The renegade regional parliament has issued a declaration asserting that "the Kosovo precedent presents a convincing argument" for recognition of the self-proclaimed republic of South Ossetia's independence.
Authorities in another heavily pro-Russian territory in Georgia seeking to sever its ties to Tbilisi, Abkhazia, were widely expected to follow suit later this week.
The South Ossetian declaration argues that the region has "all the necessary requirements and attributes" of a democratic and law-based sovereign state.
"Considering the precedent created by the arguments that served as basis for the declaration of Kosovo's independence, which was virtually created by the European Union -- it says that Kosovo should be recognized due to the impossibility of coexistence between Kosovo and Serbia within the same state," Eduard Kokoity, the de facto president of South Ossetia, told RFE/RL's North Caucasus Service, "so we also want to announce that future coexistence between South Ossetia and Georgia within the same state is impossible."
Georgia has dismissed the declaration, with State Minister for Reintegration Temur Iakobashvili saying that "the so-called South Ossetian parliament is not a legitimate body, and its declarations cannot have any consequences."
This is not the first time that Kosovo's sovereign aspirations -- which resulted in the province's declaration announcement in February and subsequent recognition by dozens of countries -- have been cited as a precedent for the independence of breakaway republics in the former Soviet Union. Both South Ossetia and Abkhazia have drawn the Kosovo parallel numerous times, arguing that the approach should be employed in relation to their status as well.
In the months that led up to Kosovo's declaration, Russia -- which along with South Ossetia and Abkhazia also backs Moldova's separatist Transdniester region -- was particularly vocal in arguing the "precedent" point.
Western defenders of Kosovo's recognition have argued that all separatist movements have their own unique circumstances, and thus the outcome of one cannot automatically apply to any other.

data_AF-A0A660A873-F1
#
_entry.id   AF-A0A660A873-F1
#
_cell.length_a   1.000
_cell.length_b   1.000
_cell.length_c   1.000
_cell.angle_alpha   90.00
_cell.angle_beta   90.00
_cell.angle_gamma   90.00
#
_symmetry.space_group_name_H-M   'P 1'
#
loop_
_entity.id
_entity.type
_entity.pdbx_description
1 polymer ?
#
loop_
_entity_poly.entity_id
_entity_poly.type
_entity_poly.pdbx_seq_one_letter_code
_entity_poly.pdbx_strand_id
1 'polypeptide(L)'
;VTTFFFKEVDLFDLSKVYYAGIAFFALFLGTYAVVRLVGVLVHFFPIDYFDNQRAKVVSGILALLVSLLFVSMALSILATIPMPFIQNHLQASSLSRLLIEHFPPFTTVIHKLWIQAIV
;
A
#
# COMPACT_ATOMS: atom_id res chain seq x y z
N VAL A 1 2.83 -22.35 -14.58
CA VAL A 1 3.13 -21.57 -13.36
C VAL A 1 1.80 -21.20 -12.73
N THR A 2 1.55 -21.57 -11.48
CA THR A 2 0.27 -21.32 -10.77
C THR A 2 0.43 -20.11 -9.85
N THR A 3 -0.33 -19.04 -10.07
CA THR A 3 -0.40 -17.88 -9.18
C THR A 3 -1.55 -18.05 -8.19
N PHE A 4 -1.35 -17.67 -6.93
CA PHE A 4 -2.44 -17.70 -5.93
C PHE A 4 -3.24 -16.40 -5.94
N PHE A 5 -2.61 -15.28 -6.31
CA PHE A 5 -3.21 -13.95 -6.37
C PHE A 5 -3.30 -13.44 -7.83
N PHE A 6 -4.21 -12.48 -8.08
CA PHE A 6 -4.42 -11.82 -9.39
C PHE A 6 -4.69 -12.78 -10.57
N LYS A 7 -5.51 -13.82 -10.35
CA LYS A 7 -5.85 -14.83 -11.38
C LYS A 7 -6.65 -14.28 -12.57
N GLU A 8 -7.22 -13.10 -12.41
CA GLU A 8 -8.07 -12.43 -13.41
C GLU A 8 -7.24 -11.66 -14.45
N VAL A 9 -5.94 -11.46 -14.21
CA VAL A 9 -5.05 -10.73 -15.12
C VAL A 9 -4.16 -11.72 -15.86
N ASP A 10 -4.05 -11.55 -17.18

Abkhazia and South Ossetia broke away from Georgia in the early 1990s, following bloody conflicts in which thousands of people were killed, and hundreds of thousands of Georgians had to flee from their homes. With Russia's political and economic support, the two regions have existed as de facto republics, and have sought integration into Russia itself.
The majority of the populations of Abkhazia and South Ossetia now hold Russian passports, together with documents issued by their respective unrecognized republics.
Both regions participated in Russia's recent presidential election, each giving Dmitry Medvedev about 90 percent of their vote. Georgia protested against the regions' participation in the election, saying it violated international law.
South Ossetia's Kokoity expressed a high opinion of the Russian presidential election, saying it was "in line with the Russian Constitution" and "norms of international law."
He also said he believes Russian democracy is a "specific" one that "the kind of democracy that exists in the United States or in the European Union, is not suitable, for instance, for Russia, Ukraine, Georgia, and so on. But in Russia there is a significant democratic foundation, and I think this is enough."
Meanwhile, the Russian parliament is preparing for a hearing on the separatist provinces of Abkhazia, South Ossetia, and Moldova's Transdniester on March 13. According to Interfax, the session will be attended by the parliamentary leaders of all three regions.